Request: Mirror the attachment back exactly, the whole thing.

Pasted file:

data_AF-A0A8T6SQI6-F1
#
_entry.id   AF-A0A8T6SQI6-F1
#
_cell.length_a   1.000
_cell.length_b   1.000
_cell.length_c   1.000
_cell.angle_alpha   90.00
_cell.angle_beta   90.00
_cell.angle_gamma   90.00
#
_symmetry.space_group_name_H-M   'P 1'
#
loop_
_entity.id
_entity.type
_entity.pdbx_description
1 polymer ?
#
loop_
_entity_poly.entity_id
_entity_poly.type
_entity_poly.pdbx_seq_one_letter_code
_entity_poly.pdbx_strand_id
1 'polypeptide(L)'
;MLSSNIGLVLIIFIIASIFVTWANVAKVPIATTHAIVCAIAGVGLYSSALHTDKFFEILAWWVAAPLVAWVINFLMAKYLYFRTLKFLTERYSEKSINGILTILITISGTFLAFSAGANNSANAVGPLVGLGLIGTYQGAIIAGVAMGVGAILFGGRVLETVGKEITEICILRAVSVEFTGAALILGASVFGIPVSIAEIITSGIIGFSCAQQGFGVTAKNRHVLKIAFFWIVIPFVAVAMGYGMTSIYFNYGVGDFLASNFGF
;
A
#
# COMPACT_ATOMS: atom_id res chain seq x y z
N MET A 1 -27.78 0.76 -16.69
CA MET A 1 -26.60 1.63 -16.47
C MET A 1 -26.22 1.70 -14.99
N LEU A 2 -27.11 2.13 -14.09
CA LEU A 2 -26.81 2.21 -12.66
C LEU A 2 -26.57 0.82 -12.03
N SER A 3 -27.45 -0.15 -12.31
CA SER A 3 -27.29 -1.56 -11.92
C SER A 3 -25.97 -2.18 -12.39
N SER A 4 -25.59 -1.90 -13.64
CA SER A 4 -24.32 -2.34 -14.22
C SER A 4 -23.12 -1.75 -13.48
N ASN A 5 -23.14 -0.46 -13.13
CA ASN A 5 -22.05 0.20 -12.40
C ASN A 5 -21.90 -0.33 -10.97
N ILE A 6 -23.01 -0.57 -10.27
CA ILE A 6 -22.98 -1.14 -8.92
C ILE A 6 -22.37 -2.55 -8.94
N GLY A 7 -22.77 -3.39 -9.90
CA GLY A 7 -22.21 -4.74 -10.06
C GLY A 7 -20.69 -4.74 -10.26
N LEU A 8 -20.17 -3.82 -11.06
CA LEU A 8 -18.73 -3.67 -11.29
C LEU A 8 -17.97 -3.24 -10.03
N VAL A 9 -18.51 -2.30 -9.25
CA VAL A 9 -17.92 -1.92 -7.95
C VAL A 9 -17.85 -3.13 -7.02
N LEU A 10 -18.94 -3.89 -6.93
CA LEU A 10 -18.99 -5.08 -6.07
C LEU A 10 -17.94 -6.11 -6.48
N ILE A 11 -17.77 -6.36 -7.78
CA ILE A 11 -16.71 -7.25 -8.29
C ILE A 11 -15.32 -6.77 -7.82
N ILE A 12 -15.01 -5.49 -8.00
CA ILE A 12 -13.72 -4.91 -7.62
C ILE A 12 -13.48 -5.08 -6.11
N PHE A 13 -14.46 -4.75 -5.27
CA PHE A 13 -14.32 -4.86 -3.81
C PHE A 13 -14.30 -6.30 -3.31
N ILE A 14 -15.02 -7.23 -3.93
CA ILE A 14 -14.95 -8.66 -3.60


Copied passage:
data_AF-A0A8T6SQI6-F1
#
_entry.id   AF-A0A8T6SQI6-F1
#
_cell.length_a   1.000
_cell.length_b   1.000
_cell.length_c   1.000
_cell.angle_alpha   90.00
_cell.angle_beta   90.00
_cell.angle_gamma   90.00
#
_symmetry.space_group_name_H-M   'P 1'
#
loop_
_entity.id
_entity.type
_entity.pdbx_description
1 polymer ?
#
loop_
_entity_poly.entity_id
_entity_poly.type
_entity_poly.pdbx_seq_one_letter_code
_entity_poly.pdbx_strand_id
1 'polypeptide(L)'
;MLSSNIGLVLIIFIIASIFVTWANVAKVPIATTHAIVCAIAGVGLYSSALHTDKFFEILAWWVAAPLVAWVINFLMAKYLYFRTLKFLTERYSEKSINGILTILITISGTFLAFSAGANNSANAVGPLVGLGLIGTYQGAIIAGVAMGVGAILFGGRVLETVGKEITEICILRAVSVEFTGAALILGASVFGIPVSIAEIITSGIIGFSCAQQGFGVTAKNRHVLKIAFFWIVIPFVAVAMGYGMTSIYFNYGVGDFLASNFGF
;
A
#
# COMPACT_ATOMS: atom_id res chain seq x y z
N MET A 1 -27.78 0.76 -16.69
CA MET A 1 -26.60 1.63 -16.47
C MET A 1 -26.22 1.70 -14.99
N LEU A 2 -27.11 2.13 -14.09
CA LEU A 2 -26.81 2.21 -12.66
C LEU A 2 -26.57 0.82 -12.03
N SER A 3 -27.45 -0.15 -12.31
CA SER A 3 -27.29 -1.56 -11.92
C SER A 3 -25.97 -2.18 -12.39
N SER A 4 -25.59 -1.90 -13.64
CA SER A 4 -24.32 -2.34 -14.22
C SER A 4 -23.12 -1.75 -13.48
N ASN A 5 -23.14 -0.46 -13.13
CA ASN A 5 -22.05 0.20 -12.40
C ASN A 5 -21.90 -0.33 -10.97
N ILE A 6 -23.01 -0.57 -10.27
CA ILE A 6 -22.98 -1.14 -8.92
C ILE A 6 -22.37 -2.55 -8.94
N GLY A 7 -22.77 -3.39 -9.90
CA GLY A 7 -22.21 -4.74 -10.06
C GLY A 7 -20.69 -4.74 -10.26
N LEU A 8 -20.17 -3.82 -11.06
CA LEU A 8 -18.73 -3.67 -11.29
C LEU A 8 -17.97 -3.24 -10.03
N VAL A 9 -18.51 -2.30 -9.25
CA VAL A 9 -17.92 -1.92 -7.95
C VAL A 9 -17.85 -3.13 -7.02
N LEU A 10 -18.94 -3.89 -6.93
CA LEU A 10 -18.99 -5.08 -6.07
C LEU A 10 -17.94 -6.11 -6.48
N ILE A 11 -17.77 -6.36 -7.78
CA ILE A 11 -16.71 -7.25 -8.29
C ILE A 11 -15.32 -6.77 -7.82
N ILE A 12 -15.01 -5.49 -8.00
CA ILE A 12 -13.72 -4.91 -7.62
C ILE A 12 -13.48 -5.08 -6.11
N PHE A 13 -14.46 -4.75 -5.27
CA PHE A 13 -14.32 -4.86 -3.81
C PHE A 13 -14.30 -6.30 -3.31
N ILE A 14 -15.02 -7.23 -3.93
CA ILE A 14 -14.95 -8.66 -3.60